5

The physics... The ground glass (or plastic) screen acts as a diffuser, scattering light passing through it randomly rather than simply letting it pass through unaffected. An image can be brought to focus on the screen by adjusting the lens, and the image we perceive comes from scattered light that is traveling in the precise direction of our retinas. The ...


4

This is due to the focusing screen, which is a small piece of etched glass above the mirror and below the pentaprism/pentamirror, is misaligned. I've had this problem a couple times with my 450D, as I've had to take my focusing screen out on a couple occasions to clean it due to some thing getting thoroughly stuck on it. After reinserting the screen, my ...


4

It's to do with the focussing screen, however I don't profess to completely understand all of the effects you mentioned. The focussing screen in modern DSLRs is made of laser etched glass in order to facilitate manual focussing and transmit as much light as possible for slow lenses. With old fashioned ground glass screens, the micro-structure of the glass ...


4

From what I can find, the 60D has the same focusing screen as 40D and 50D, and it looks quite different from the one in the 550D (T2i) so it's not likely that it will fit: 40D/50D custom focusing screen replacement 550D custom focusing screen replacement According to the Canon specs, the 550D focusing screen is not replaceable, although there are third ...


4

You are looking for an HDMI monitor. Here you go, BHPHoto has 116 results for that.


4

The ground glass, or focusing screen, is, in the simplest case, literally just a piece of glass that has been ground, so one of its sides has a rough/matte surface (see also the article Ground glass on Wikipedia. It's actually quite easy (at least for large format cameras) to make ground glass yourself, see this how-to for example. The ground glass just ...


4

Sounds to me like you've never actually used a different focus screen on your 6D, and you're obsessing about something you've read online. Just get the super-precision matte screen (Eg-S). I've adapted manual focus lenses to both my 5DMkII and 50D--both of which have the same interchangeable focus screen feature your 6D does. Swapping the focus screen is ...


3

The great news is that you have not damaged anything, this is normal. The screen fits between the prism and the sensors and so it will affect something. Using KatzEye screens as an example because I have personal experience on two Nikons, each has good notes on what kind of metering changes you will experience. Mostly your exposure will change by a ...


3

It can and it does. The metering sensors are placed up in the top of the prism housing, in other words it reads the light AFTER the light has passed through the focusing screen. If you are using a camera that is designed to have different mattes replaced (bad news: You are not) and the screen is one the camera is designed for, the necessary adjustments that ...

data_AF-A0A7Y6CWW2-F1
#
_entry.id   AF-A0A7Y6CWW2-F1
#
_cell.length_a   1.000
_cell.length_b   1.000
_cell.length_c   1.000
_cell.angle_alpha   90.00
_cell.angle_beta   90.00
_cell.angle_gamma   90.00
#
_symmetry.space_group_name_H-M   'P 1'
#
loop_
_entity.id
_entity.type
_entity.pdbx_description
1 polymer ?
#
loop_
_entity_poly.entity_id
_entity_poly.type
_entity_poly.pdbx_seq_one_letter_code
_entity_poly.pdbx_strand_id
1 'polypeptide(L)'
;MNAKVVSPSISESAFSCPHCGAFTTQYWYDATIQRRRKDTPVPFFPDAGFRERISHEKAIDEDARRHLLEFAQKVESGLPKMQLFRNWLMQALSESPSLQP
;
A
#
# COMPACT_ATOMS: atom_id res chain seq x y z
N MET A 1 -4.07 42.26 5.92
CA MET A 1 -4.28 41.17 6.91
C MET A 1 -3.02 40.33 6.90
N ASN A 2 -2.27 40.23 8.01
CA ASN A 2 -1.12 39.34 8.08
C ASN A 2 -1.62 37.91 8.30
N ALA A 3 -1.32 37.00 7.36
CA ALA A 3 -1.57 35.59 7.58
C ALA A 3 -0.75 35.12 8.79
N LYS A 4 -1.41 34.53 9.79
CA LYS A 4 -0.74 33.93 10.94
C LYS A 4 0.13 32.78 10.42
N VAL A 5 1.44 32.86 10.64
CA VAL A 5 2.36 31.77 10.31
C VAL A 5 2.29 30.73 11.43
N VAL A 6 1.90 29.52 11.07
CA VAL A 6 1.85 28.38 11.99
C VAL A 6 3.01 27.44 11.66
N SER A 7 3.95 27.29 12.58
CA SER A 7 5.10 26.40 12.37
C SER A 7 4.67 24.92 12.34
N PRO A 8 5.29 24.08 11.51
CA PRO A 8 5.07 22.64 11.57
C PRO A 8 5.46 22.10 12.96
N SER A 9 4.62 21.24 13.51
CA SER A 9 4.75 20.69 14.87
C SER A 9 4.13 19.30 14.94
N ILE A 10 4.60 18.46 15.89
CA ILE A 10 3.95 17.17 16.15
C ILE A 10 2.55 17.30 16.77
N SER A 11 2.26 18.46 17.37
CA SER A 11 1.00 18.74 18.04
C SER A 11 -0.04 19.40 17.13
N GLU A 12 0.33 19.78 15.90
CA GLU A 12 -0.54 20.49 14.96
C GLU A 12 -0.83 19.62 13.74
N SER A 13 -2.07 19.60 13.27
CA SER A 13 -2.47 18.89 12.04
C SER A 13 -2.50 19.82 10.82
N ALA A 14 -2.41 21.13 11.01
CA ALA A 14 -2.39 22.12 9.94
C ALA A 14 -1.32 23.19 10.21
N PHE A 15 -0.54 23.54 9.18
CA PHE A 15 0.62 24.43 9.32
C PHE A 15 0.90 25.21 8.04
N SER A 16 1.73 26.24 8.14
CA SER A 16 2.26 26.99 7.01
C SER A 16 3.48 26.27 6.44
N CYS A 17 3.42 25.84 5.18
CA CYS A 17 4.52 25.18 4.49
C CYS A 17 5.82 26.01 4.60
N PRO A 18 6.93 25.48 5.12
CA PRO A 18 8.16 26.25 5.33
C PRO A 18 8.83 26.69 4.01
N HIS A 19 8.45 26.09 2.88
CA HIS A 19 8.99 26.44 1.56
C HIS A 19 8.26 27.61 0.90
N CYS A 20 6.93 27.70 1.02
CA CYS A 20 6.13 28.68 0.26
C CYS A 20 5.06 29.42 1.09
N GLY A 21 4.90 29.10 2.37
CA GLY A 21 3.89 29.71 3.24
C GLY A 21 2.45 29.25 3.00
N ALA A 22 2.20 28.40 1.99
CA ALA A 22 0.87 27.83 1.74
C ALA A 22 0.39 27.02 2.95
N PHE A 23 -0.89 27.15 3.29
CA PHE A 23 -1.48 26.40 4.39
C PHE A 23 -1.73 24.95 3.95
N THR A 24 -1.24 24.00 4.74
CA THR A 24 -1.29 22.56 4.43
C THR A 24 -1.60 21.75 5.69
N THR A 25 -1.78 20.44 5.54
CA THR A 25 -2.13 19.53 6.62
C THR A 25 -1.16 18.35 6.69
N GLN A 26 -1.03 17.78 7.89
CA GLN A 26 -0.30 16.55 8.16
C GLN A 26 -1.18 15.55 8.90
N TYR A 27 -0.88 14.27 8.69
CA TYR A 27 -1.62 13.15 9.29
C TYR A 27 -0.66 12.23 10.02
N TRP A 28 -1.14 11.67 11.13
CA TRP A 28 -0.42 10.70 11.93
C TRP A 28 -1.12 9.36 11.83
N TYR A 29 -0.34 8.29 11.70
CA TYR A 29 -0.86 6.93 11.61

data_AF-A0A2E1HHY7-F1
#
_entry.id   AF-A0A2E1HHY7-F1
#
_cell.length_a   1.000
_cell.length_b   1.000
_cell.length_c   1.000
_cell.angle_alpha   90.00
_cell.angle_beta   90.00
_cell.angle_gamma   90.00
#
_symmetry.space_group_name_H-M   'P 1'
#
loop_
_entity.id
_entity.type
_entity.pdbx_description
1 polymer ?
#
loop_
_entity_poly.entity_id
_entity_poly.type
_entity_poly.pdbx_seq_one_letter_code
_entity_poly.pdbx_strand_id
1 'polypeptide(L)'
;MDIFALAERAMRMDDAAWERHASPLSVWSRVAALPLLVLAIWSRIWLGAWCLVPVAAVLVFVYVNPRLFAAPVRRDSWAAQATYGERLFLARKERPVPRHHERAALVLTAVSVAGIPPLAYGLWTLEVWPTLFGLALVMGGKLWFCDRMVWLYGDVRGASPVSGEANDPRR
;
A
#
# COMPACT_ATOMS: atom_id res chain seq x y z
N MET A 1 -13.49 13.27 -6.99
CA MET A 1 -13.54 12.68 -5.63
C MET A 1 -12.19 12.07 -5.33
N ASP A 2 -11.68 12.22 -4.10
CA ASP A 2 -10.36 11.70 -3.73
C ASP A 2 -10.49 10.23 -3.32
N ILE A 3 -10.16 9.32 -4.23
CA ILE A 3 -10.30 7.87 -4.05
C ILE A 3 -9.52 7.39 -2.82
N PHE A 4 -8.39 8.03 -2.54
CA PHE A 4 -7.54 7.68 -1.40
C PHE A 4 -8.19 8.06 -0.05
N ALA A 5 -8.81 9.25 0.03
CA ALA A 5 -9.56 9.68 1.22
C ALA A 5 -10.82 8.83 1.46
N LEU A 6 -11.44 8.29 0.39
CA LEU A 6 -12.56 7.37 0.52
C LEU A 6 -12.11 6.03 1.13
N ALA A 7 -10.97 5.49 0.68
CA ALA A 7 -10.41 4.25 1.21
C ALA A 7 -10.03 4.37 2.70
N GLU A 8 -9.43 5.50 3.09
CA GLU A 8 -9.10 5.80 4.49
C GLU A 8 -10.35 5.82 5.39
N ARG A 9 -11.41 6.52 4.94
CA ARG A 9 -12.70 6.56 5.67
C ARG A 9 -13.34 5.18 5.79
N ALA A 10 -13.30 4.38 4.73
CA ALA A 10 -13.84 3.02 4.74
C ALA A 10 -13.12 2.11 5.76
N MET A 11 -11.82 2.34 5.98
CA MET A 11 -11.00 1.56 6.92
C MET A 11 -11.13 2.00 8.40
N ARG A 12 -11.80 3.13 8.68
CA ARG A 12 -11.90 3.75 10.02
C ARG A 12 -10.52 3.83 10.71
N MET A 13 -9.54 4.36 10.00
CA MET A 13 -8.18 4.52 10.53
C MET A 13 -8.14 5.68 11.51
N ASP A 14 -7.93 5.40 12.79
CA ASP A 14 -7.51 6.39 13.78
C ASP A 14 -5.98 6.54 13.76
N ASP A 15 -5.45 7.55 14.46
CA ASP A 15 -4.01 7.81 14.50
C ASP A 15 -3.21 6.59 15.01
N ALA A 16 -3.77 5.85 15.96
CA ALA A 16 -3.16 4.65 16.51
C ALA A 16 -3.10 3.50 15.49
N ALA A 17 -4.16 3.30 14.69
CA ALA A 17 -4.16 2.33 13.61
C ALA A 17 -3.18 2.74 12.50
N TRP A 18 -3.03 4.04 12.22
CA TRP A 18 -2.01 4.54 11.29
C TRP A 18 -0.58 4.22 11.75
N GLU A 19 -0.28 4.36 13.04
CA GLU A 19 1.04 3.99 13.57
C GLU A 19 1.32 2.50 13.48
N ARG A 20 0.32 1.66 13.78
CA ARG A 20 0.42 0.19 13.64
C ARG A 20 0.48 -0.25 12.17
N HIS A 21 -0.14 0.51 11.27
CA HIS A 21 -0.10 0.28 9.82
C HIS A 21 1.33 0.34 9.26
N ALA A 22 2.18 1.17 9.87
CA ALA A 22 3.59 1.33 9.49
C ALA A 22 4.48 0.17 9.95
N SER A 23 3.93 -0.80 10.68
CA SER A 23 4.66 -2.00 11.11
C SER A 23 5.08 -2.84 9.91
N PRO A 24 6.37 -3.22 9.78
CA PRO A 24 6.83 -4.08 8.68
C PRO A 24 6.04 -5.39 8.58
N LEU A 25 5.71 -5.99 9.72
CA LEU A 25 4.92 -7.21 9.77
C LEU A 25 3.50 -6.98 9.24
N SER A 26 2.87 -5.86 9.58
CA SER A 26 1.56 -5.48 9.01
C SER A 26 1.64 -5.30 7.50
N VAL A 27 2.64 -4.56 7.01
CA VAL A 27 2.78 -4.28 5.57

3

You can always remove the focusing screen then puff some air on it with a blower or whatever. Here's a website with instructions on how to remove the focus screen. http://www.focusingscreen.com/work/550den.htm You may simply end up with more dust though. Who knows. Good luck!


3

I'm not exactly sure what you mean, I am guessing that by 180 you mean a single split, perhaps horizontally framed and the double 45 is really an X shaped dual split. The reason that the old SLRs had so many different screens is that its very much a personal preference, there is no one answer, it varies by photographer by what they are shooting. I ...


3

A scratch on the focusing screen won't affect Auto Focus at all, since the light used for AF, whether phase detection or contrast detection, doesn't pass through the focusing screen. It will only affect what you see through the viewfinder. If severe enough it might affect metering, which does use light that passes through the focusing screen. But a single ...


3

I would suggest rather than drawing directly on the ground glass focusing screen that you use a piece of clear laminate material to draw on. If you draw your desired lines onto paper, tape the plastic over the paper then trace your markings onto the laminate, you can try several different options depending on what you need. Once you find the perfect ...


3

If the focusing aid was part of the lens, it would be visible in the image. That's because they are optical elements themselves, which means they change the properties of the light that goes through them in order to work. But you do not want them to be visible in the frame (neither film nor digital). The path of light goes always trough the lens and then ...


2

On the installation instructions at: http://www.focusingscreen.com/work/k7en.htm there is the statement: Penatx [sic] ISTD/K7/K10D/K20D change focusingscreen will not influence AF-Focus and focus point operate. So it seems to be working with autofocus.